Sometimes life takes us on strange journeys.
A couple weeks ago, an elderly Kansas couple apparently got confused while driving on their eight-hour trip to Dwight, Ill. They didn’t exit when they should have, took a couple wrong turns and ended up a couple days later in northern Michigan, at a town called Milo. I’m not sure whose idea it was, but they finally stopped to ask for directions.
The Kansas couple had driven more than 400 miles past their destination. He was 92 years old, his wife was 81. Though the outcome could have been much different, with harm coming to the couple, they apparently came through their adventure just fine.
Of course, they should have called their loved ones on that first night when they didn’t make it to Dwight. Of course, they should have called their loved ones that next morning before getting back into their car. Of course, they should have gone to the nearest police station to get some help. But still, they made the journey without any accidents and apparently none the worse for wear, other than for probably receiving a good scolding or two from loved ones.
When I heard about the Kansas couple being found safe and apparently well, I was relieved and thankful they were OK. But then my thoughts turned to all the potential jokes at the couple’s expense, about the “not stopping for directions no matter how long this eight hour trip takes us” kind of jokes.
But actually there’s something I have to admire about the couple. Even though there was so much wrong about the trip, they reached a safe destination, even if it was a different one than originally planned.
Though I have never driven 400 miles out of my way, I have taken a wrong turn or two in my life.
Some of those wrong turns have been literal. I have messed up on the Interstate 80/Interstate 74 intersection just east of the Quad Cities and have traveled toward Peoria instead of Princeton. When attending college in the state of Ohio, I traveled way further into Chicago than I should have because I didn’t follow the Interstate 80 road signs correctly. I have gotten lost on the streets and interstates in Salt Lake City. Just a couple weeks ago, my colleague Goldie Currie and I took a “scenic route” through Peoria on the way home from an Illinois Press Association luncheon in Springfield.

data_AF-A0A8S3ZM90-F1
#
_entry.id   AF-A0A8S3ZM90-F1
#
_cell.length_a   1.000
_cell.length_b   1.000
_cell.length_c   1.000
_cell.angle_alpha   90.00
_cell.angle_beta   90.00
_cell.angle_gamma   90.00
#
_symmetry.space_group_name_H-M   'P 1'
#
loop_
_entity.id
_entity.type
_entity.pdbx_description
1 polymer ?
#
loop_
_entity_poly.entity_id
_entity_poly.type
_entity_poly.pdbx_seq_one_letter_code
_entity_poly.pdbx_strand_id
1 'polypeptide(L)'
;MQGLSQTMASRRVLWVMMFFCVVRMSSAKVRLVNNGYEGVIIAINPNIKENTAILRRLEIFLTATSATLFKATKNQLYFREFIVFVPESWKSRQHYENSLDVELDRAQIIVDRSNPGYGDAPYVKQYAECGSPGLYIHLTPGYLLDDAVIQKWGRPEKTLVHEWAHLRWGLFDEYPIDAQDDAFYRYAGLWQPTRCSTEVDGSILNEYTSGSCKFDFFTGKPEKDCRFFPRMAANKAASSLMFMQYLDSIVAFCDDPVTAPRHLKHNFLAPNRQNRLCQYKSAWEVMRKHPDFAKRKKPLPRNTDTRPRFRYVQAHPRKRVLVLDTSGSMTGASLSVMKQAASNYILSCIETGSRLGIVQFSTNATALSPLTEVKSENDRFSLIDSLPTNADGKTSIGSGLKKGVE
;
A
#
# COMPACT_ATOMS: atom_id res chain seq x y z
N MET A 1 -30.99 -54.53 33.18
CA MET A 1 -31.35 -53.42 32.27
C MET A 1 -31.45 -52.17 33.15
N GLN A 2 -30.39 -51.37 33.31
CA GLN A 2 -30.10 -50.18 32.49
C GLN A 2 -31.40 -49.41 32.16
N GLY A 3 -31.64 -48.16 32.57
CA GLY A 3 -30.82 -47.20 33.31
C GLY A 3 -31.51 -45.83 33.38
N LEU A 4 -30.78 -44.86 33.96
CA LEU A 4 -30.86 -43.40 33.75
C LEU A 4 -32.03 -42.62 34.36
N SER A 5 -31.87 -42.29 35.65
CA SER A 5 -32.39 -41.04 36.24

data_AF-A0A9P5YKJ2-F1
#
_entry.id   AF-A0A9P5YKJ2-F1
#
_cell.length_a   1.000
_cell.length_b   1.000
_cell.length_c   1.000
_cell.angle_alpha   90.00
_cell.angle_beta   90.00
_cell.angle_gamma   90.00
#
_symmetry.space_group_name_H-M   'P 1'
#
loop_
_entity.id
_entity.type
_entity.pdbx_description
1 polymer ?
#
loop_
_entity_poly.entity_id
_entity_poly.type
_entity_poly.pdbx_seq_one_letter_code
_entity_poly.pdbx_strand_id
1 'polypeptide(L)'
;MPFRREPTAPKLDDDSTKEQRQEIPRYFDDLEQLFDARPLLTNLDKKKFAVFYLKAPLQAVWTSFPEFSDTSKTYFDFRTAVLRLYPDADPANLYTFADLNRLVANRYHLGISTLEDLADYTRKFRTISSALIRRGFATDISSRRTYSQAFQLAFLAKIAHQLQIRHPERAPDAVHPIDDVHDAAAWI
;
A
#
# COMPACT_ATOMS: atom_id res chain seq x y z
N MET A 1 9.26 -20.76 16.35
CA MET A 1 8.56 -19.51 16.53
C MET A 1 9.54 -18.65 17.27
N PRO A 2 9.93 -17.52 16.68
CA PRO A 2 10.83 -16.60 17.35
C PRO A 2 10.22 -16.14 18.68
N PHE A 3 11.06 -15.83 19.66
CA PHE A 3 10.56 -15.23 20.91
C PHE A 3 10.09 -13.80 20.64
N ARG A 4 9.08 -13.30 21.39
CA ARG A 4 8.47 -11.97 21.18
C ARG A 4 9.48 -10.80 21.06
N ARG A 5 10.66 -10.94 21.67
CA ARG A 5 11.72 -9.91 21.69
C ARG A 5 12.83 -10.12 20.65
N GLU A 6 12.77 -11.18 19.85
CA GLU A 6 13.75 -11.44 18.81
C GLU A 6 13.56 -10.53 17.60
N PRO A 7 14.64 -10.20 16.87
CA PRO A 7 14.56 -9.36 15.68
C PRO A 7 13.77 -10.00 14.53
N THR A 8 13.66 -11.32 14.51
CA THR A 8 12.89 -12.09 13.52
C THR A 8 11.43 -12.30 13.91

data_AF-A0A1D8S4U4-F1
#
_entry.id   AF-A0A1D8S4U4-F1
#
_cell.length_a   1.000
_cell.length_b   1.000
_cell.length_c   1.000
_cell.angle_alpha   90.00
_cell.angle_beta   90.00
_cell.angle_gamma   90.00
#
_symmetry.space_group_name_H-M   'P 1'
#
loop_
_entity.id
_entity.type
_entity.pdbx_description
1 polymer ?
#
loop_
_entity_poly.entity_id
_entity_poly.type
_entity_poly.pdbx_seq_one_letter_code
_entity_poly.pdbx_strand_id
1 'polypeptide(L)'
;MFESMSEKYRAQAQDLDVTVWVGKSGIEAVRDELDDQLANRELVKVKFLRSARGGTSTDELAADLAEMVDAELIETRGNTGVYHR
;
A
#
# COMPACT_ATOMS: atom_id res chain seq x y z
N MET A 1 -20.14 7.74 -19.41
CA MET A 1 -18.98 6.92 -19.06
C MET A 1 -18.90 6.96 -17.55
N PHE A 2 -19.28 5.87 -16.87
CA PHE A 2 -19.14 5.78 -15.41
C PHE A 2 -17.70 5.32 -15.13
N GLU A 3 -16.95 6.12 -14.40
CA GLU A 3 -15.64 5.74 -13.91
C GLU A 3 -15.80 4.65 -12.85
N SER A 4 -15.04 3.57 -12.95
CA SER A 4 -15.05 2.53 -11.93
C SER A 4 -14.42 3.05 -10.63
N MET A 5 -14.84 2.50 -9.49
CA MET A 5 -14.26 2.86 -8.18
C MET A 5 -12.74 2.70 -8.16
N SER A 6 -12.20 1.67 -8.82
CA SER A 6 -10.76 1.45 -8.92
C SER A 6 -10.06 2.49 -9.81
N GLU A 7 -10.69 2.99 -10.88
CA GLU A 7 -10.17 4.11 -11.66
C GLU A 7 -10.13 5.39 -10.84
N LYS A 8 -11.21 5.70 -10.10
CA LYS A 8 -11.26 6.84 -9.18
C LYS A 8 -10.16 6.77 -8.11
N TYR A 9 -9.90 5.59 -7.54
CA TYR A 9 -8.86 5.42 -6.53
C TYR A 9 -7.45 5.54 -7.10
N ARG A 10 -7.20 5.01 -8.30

But sometimes a wrong turn or two isn’t all that bad. I’ve seen country roads and barns and city streets and houses and people that I wouldn’t have seen otherwise. I’ve become a more understanding driver, realizing other drivers may be just as turned around as me.
But more importantly, my wrong turns have taught me the journey is about more than just a destination. The journey, even the wrong turns in life, are about developing perseverance when the going gets tough and confusing, about knowing when to ask for help, and about learning to be lighten up and laugh at my mistakes.
As expected, some of those wrong turns in my life have not been the literal kind. But even from those wrong turns, I have learned.
Whether literal or figurative, wrong turns happen to all of us sometimes, just like with the Kansas couple. It’s what we do with them that counts.